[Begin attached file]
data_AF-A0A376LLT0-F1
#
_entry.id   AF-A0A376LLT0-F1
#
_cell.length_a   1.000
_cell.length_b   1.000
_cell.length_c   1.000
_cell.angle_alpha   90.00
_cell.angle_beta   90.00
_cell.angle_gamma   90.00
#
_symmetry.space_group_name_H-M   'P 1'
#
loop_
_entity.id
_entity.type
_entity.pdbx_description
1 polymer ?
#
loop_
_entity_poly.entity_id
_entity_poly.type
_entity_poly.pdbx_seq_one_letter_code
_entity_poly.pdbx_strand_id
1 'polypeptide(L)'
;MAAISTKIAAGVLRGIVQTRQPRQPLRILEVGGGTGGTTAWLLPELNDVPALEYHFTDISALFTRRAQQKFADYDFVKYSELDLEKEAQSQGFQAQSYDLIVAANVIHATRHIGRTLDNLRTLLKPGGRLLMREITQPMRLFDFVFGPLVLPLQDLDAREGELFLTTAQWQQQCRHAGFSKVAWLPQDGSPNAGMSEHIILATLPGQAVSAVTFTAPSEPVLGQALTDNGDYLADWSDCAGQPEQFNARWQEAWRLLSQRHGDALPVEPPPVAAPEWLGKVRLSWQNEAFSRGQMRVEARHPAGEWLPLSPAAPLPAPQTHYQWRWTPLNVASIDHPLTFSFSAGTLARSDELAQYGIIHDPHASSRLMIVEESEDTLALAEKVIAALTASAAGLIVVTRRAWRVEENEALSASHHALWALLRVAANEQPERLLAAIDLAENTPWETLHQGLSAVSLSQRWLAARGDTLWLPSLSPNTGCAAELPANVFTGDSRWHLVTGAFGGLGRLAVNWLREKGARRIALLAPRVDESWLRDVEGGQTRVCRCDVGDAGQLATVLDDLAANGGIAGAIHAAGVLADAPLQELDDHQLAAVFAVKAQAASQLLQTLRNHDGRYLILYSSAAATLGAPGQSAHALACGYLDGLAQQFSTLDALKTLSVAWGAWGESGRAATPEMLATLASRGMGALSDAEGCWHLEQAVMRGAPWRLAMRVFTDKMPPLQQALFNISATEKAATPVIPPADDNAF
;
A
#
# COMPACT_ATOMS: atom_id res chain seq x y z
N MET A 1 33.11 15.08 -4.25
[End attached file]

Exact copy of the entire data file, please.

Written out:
data_AF-A0A376LLT0-F1
#
_entry.id   AF-A0A376LLT0-F1
#
_cell.length_a   1.000
_cell.length_b   1.000
_cell.length_c   1.000
_cell.angle_alpha   90.00
_cell.angle_beta   90.00
_cell.angle_gamma   90.00
#
_symmetry.space_group_name_H-M   'P 1'
#
loop_
_entity.id
_entity.type
_entity.pdbx_description
1 polymer ?
#
loop_
_entity_poly.entity_id
_entity_poly.type
_entity_poly.pdbx_seq_one_letter_code
_entity_poly.pdbx_strand_id
1 'polypeptide(L)'
;MAAISTKIAAGVLRGIVQTRQPRQPLRILEVGGGTGGTTAWLLPELNDVPALEYHFTDISALFTRRAQQKFADYDFVKYSELDLEKEAQSQGFQAQSYDLIVAANVIHATRHIGRTLDNLRTLLKPGGRLLMREITQPMRLFDFVFGPLVLPLQDLDAREGELFLTTAQWQQQCRHAGFSKVAWLPQDGSPNAGMSEHIILATLPGQAVSAVTFTAPSEPVLGQALTDNGDYLADWSDCAGQPEQFNARWQEAWRLLSQRHGDALPVEPPPVAAPEWLGKVRLSWQNEAFSRGQMRVEARHPAGEWLPLSPAAPLPAPQTHYQWRWTPLNVASIDHPLTFSFSAGTLARSDELAQYGIIHDPHASSRLMIVEESEDTLALAEKVIAALTASAAGLIVVTRRAWRVEENEALSASHHALWALLRVAANEQPERLLAAIDLAENTPWETLHQGLSAVSLSQRWLAARGDTLWLPSLSPNTGCAAELPANVFTGDSRWHLVTGAFGGLGRLAVNWLREKGARRIALLAPRVDESWLRDVEGGQTRVCRCDVGDAGQLATVLDDLAANGGIAGAIHAAGVLADAPLQELDDHQLAAVFAVKAQAASQLLQTLRNHDGRYLILYSSAAATLGAPGQSAHALACGYLDGLAQQFSTLDALKTLSVAWGAWGESGRAATPEMLATLASRGMGALSDAEGCWHLEQAVMRGAPWRLAMRVFTDKMPPLQQALFNISATEKAATPVIPPADDNAF
;
A
#
# COMPACT_ATOMS: atom_id res chain seq x y z
N MET A 1 33.11 15.08 -4.25